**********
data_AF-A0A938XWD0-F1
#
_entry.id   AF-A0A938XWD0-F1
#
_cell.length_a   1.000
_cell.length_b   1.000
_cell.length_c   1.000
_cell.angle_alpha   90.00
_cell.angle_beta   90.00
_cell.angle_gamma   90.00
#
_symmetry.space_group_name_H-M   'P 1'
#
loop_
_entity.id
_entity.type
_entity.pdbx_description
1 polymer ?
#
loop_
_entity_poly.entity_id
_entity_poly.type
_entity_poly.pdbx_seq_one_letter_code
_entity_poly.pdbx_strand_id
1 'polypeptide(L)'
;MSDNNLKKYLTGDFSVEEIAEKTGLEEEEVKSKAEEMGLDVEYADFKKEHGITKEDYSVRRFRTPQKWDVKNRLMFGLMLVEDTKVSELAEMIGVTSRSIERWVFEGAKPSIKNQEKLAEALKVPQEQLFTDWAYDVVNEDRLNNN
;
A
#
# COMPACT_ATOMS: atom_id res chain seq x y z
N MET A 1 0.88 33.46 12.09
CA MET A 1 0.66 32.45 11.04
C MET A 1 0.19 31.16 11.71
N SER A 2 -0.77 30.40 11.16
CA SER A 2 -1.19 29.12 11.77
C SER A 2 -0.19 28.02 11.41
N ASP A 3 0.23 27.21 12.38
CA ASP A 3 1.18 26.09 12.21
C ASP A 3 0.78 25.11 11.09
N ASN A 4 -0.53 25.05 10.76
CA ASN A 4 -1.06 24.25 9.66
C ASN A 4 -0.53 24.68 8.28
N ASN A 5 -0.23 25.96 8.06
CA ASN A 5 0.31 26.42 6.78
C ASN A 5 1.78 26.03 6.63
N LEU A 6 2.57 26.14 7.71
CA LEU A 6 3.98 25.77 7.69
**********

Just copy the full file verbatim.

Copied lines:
data_AF-A0A938XWD0-F1
#
_entry.id   AF-A0A938XWD0-F1
#
_cell.length_a   1.000
_cell.length_b   1.000
_cell.length_c   1.000
_cell.angle_alpha   90.00
_cell.angle_beta   90.00
_cell.angle_gamma   90.00
#
_symmetry.space_group_name_H-M   'P 1'
#
loop_
_entity.id
_entity.type
_entity.pdbx_description
1 polymer ?
#
loop_
_entity_poly.entity_id
_entity_poly.type
_entity_poly.pdbx_seq_one_letter_code
_entity_poly.pdbx_strand_id
1 'polypeptide(L)'
;MSDNNLKKYLTGDFSVEEIAEKTGLEEEEVKSKAEEMGLDVEYADFKKEHGITKEDYSVRRFRTPQKWDVKNRLMFGLMLVEDTKVSELAEMIGVTSRSIERWVFEGAKPSIKNQEKLAEALKVPQEQLFTDWAYDVVNEDRLNNN
;
A
#
# COMPACT_ATOMS: atom_id res chain seq x y z
N MET A 1 0.88 33.46 12.09
CA MET A 1 0.66 32.45 11.04
C MET A 1 0.19 31.16 11.71
N SER A 2 -0.77 30.40 11.16
CA SER A 2 -1.19 29.12 11.77
C SER A 2 -0.19 28.02 11.41
N ASP A 3 0.23 27.21 12.38
CA ASP A 3 1.18 26.09 12.21
C ASP A 3 0.78 25.11 11.09
N ASN A 4 -0.53 25.05 10.76
CA ASN A 4 -1.06 24.25 9.66
C ASN A 4 -0.53 24.68 8.28
N ASN A 5 -0.23 25.96 8.06
CA ASN A 5 0.31 26.42 6.78
C ASN A 5 1.78 26.03 6.63
N LEU A 6 2.57 26.14 7.71
CA LEU A 6 3.98 25.77 7.69